7. (a) What encouraging promise did Jehovah make to the Reʹchabites? (b) What hope does that hold out for the modern-day Reʹchabite class?
7 For their devotion, Jehovah gave the Reʹchabites a promise that has powerful prophetic significance for our day, saying: “For the reason that you have obeyed the commandment of Jehonadab your forefather and continue keeping all his commandments and doing according to all that he commanded you, therefore this is what Jehovah of armies, the God of Israel, has said: ‘There will not be cut off from Jonadab the son of Reʹchab a man to stand before me always.’” (Jeremiah 35:18, 19) They were among the survivors of Jerusalem’s destruction in 607 B.C.E. And the class foreshadowed by them will survive the coming destruction of Christendom and all the rest of the world that independently goes its own way, refusing to acknowledge Jehovah’s sovereignty.
WHY OBEDIENCE MAY NOT BE EASY
8. Why do many people find obedience difficult?
8 Many people find obedience difficult to learn. They have grown up in a world where everyone is ‘doing his own thing.’ They may like what they learn about life under God’s Kingdom. But if pride clouds their thinking, they may balk at some of God’s requirements or find fault with the manner in which these are conveyed. (Proverbs 8:13; 16:18) Naaman, the chief of the Syrian army in the days of the prophet Elisha, had that problem.
9. (a) How did it come about that Naaman went to see Elisha? (b) What did he expect, but what actually happened?
9 Naaman was plagued with leprosy. But because a young Israelite captive boldly expressed her faith that Naaman would be healed if only he would go to Jehovah’s prophet Elisha, Naaman traveled to Israel. With horses and war chariots he drove up to the house of Elisha. Now, Naaman was a prominent person and he expected Elisha to come out to meet him and then go through a ceremony, calling on Jehovah and moving his hand to and fro over the diseased flesh until it was healed. Instead, Elisha simply sent a messenger to tell him to go to the Jordan River and there to bathe seven times.—2 Kings 5:1-12.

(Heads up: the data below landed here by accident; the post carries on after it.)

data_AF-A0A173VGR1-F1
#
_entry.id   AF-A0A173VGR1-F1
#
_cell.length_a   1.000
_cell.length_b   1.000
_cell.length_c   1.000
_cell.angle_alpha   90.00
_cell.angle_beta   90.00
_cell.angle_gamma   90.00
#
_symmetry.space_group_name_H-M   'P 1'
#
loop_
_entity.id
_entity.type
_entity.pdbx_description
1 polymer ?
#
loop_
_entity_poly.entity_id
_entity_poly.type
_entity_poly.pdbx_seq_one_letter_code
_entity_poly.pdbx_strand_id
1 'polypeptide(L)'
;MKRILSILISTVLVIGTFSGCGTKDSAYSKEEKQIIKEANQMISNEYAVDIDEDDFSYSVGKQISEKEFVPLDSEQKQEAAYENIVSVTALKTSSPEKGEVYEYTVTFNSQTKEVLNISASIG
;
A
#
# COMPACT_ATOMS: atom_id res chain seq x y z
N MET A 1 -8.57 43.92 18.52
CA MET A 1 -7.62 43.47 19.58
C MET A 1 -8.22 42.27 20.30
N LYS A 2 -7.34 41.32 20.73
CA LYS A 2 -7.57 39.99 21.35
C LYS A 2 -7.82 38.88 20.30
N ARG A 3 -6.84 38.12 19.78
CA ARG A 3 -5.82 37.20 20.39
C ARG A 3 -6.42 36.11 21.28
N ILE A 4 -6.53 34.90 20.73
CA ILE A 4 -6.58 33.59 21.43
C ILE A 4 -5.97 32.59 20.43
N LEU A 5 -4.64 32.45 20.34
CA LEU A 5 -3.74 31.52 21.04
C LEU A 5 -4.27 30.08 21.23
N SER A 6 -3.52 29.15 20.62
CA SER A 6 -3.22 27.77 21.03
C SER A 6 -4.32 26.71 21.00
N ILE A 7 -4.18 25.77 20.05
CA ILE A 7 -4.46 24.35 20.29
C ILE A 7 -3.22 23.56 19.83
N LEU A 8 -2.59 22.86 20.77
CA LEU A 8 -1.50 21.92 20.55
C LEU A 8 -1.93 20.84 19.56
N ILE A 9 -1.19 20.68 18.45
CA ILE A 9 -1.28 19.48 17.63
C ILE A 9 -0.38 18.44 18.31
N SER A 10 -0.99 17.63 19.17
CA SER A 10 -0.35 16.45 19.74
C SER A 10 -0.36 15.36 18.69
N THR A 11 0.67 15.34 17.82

10. (a) How did Naaman react? (b) What finally moved him to obey? (c) What was the result?
10 Naaman’s pride was offended. He left in a rage. But after his attendants reasoned with him, he humbled himself in faith. “At that he went down and began to plunge into the Jordan seven times according to the word of the man of the true God; after which his flesh came back like the flesh of a little boy and he became clean.” Naaman became convinced that Jehovah is the only true God, and he realized that, despite his initial reaction, the directions given by Elisha really were from God.—2 Kings 5:13-15.
11. (a) In what ways were the “other sheep” pictured by Naaman? (b) What important lessons must all of us learn?
11 Do you perhaps see some of Naaman’s traits in yourself? As is true of other non-Israelites who exercised faith, Naaman is used in the Scriptures to picture the “other sheep” who join in true worship. All of these, being born in sin, were once spiritually diseased. They all have had to seek the help of Jehovah’s anointed servant class and then act obediently on what this “slave” has taught them from God’s Word. (Matthew 24:45) Some at one time did not appreciate all the Scriptural counsel given them—such as the need to attend congregation meetings regularly, the importance of separateness from the world or of Christian water baptism. They may have held back from dedication and water baptism because their heart resisted the need to ‘disown self’ in order to be a follower of Christ. In some cases they criticized the manner in which counsel was given to them by responsible ones in the congregation. But in time all who would truly be the Lord’s “other sheep” need to learn the importance of humility and loving obedience.—James 4:6; Matthew 16:24.
COMMANDS THAT BENEFIT US
12, 13. (a) Why does obedience to Jehovah’s commands benefit us? (b) How can this be illustrated?
12 As we get to know Jehovah and his ways, we come to appreciate how true are the words that he spoke to his servants in times past: “I, Jehovah, am your God, the One teaching you to benefit yourself, the One causing you to tread in the way in which you should walk. O if only you would actually pay attention to my commandments!” (Isaiah 48:17, 18) Jehovah’s earnest desire is for his people to avoid calamity and to enjoy life by paying attention to his commandments. He knows how we are made and what will bring us genuine happiness. He warns us against conduct that could degrade us or damage our relations with others.